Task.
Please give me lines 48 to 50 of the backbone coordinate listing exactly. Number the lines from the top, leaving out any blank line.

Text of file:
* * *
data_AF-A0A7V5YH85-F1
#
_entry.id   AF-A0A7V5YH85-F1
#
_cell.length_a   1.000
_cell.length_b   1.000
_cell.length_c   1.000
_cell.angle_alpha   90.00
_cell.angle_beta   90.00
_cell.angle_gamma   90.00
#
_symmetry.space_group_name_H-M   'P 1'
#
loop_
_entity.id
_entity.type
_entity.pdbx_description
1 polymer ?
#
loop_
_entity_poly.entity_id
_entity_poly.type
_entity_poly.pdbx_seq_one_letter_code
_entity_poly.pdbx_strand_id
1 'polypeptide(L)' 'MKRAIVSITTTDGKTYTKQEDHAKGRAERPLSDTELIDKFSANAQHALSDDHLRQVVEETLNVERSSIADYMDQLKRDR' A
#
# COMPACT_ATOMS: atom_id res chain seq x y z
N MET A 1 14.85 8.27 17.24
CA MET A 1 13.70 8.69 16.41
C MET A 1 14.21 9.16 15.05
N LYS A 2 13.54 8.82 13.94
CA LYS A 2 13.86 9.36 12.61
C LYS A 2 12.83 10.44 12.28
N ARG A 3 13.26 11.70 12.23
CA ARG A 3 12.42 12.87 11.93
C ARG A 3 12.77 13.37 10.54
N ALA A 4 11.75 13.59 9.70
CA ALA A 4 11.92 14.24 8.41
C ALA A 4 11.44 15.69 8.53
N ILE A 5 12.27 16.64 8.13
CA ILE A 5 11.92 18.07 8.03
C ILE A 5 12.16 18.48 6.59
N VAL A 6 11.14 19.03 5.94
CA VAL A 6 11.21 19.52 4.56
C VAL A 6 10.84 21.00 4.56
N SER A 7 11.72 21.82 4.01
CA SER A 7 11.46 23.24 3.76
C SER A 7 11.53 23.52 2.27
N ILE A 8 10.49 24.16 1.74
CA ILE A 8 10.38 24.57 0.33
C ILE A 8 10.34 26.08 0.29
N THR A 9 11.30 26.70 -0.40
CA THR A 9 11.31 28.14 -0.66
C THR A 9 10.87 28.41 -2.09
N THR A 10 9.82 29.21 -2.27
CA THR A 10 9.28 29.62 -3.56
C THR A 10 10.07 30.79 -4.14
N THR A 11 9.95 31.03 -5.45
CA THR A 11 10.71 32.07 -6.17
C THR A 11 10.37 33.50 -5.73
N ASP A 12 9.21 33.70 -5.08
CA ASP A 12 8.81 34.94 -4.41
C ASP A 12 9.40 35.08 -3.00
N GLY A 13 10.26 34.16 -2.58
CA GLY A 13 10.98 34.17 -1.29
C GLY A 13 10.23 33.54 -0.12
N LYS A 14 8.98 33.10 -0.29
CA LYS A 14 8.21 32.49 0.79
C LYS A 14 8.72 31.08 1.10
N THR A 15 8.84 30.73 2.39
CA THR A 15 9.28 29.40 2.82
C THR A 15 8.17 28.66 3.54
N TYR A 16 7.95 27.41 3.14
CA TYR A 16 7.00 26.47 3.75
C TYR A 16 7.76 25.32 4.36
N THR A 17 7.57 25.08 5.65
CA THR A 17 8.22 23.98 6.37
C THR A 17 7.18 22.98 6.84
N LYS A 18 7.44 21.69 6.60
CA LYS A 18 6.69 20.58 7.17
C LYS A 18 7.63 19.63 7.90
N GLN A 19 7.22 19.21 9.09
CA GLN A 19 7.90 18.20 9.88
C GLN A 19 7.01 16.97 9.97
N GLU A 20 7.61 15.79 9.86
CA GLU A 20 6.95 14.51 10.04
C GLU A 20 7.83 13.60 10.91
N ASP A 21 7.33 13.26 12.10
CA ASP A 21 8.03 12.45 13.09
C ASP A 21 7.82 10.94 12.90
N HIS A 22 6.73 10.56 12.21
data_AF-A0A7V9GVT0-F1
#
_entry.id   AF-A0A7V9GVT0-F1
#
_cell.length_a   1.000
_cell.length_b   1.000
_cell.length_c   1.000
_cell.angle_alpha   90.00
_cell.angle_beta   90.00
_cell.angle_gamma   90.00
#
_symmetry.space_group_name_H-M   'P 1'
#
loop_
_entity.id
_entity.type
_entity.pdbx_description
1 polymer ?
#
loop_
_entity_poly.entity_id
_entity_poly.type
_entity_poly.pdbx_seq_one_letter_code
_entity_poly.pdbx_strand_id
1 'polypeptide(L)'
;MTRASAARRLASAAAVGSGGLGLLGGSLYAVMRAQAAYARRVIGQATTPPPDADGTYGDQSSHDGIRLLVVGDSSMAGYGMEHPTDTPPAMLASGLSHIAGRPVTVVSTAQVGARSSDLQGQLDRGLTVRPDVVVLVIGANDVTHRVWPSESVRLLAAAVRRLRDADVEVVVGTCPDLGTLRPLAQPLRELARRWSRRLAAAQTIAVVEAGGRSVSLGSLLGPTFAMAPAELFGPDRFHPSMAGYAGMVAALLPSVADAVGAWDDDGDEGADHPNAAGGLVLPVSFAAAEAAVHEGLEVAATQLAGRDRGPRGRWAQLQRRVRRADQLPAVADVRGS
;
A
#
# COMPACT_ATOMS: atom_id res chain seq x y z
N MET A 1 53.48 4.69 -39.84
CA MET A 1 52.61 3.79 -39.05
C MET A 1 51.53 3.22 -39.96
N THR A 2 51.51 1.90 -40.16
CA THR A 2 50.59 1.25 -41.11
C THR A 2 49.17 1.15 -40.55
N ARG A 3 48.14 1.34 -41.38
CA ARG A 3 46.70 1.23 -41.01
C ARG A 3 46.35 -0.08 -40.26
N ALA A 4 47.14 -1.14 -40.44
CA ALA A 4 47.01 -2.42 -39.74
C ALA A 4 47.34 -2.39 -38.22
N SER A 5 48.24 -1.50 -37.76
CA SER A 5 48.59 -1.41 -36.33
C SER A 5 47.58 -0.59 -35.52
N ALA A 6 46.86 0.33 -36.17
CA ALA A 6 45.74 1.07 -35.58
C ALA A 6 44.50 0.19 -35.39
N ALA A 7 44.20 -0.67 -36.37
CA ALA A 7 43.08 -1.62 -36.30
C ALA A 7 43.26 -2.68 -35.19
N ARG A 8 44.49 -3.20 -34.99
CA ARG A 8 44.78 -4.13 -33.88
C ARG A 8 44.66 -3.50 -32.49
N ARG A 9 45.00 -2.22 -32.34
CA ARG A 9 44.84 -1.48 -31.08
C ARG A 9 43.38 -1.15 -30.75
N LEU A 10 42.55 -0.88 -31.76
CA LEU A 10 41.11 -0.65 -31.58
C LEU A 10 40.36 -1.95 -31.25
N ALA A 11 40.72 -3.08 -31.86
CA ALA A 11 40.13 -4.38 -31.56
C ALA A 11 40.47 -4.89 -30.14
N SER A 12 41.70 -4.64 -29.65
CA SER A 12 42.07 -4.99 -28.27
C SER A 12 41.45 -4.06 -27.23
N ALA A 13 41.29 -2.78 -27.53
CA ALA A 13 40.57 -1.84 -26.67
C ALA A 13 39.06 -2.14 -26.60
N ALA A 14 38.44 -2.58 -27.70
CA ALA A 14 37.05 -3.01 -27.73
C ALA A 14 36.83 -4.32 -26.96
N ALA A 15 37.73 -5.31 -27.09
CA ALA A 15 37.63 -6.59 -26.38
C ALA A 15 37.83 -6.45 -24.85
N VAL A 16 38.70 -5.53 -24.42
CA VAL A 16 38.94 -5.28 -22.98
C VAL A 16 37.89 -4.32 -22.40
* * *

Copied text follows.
C SER A 7 11.53 23.52 2.27
N ILE A 8 10.49 24.16 1.74
CA ILE A 8 10.38 24.57 0.33